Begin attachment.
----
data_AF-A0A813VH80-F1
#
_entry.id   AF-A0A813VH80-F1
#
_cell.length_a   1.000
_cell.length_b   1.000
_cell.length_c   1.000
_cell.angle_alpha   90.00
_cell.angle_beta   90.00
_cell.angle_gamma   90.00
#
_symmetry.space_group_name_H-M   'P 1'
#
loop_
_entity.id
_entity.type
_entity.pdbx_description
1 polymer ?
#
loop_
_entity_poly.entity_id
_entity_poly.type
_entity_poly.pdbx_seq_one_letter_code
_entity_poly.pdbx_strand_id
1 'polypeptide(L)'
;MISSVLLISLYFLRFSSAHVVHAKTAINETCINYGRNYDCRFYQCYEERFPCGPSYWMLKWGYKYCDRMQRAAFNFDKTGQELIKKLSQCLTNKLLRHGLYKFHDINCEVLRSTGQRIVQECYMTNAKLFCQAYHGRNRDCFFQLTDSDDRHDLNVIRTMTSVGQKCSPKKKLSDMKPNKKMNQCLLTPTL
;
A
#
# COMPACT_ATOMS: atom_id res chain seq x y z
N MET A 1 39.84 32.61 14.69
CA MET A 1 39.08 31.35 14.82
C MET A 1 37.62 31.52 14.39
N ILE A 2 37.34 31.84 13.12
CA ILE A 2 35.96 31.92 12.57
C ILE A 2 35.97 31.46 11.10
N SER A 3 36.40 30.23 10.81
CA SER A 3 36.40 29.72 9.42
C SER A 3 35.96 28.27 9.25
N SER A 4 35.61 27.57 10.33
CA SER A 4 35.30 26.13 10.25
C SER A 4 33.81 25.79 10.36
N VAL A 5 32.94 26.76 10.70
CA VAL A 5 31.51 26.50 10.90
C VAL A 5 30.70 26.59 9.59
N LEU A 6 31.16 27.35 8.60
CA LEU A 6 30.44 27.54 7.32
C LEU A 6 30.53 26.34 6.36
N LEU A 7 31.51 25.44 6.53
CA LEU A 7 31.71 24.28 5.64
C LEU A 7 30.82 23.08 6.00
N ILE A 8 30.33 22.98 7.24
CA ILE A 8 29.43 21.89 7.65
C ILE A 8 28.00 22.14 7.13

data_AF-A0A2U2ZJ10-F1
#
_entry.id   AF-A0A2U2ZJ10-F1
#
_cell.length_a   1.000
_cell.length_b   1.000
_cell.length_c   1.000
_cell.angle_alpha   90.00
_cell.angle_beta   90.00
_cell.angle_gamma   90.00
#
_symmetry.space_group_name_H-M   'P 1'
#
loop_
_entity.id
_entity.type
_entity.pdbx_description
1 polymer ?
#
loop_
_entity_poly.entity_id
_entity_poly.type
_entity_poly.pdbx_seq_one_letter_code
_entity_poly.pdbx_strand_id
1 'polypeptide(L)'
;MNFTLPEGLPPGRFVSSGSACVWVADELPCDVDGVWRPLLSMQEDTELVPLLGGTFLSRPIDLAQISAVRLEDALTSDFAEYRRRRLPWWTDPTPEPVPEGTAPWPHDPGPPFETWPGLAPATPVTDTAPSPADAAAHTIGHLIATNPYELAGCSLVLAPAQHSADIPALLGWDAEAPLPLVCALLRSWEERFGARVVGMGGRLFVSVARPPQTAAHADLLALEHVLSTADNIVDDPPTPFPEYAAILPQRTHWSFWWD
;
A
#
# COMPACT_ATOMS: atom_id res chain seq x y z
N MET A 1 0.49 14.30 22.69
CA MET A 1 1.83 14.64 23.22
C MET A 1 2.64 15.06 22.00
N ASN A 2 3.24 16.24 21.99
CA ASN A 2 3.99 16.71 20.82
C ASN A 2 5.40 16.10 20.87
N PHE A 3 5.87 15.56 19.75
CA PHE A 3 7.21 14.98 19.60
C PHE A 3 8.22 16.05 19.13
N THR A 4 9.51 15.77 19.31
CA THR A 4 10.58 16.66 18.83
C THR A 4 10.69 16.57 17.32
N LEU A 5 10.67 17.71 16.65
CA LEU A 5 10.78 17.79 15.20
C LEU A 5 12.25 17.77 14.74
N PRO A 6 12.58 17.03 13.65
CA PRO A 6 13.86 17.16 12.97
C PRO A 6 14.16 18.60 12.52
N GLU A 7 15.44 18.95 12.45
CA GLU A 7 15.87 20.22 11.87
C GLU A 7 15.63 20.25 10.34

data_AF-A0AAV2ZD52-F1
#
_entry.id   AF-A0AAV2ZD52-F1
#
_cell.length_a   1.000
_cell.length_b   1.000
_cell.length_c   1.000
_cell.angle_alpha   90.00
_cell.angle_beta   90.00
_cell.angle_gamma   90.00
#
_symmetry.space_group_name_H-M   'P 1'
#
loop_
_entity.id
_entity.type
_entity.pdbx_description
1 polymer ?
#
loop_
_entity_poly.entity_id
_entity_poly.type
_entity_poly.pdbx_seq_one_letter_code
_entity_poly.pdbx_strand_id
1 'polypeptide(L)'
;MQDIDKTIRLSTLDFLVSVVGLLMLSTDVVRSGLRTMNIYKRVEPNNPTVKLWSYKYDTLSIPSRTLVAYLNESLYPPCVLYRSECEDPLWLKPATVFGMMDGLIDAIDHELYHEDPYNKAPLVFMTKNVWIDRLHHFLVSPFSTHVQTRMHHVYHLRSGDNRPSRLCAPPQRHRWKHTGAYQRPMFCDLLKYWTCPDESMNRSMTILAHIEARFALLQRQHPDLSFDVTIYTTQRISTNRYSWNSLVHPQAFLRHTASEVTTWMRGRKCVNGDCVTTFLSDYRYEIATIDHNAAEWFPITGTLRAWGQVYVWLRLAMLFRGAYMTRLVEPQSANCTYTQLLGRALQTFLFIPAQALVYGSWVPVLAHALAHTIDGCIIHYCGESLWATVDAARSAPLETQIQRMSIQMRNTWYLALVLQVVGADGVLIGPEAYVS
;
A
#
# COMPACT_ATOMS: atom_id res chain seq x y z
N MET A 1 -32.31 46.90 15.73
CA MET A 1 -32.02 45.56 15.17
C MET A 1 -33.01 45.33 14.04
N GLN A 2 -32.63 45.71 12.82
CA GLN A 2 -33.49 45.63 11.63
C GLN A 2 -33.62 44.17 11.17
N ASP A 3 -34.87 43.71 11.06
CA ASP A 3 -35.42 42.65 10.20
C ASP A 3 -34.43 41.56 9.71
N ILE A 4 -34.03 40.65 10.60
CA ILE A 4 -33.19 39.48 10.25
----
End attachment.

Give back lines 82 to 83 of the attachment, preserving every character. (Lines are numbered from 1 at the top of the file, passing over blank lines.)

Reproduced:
A
#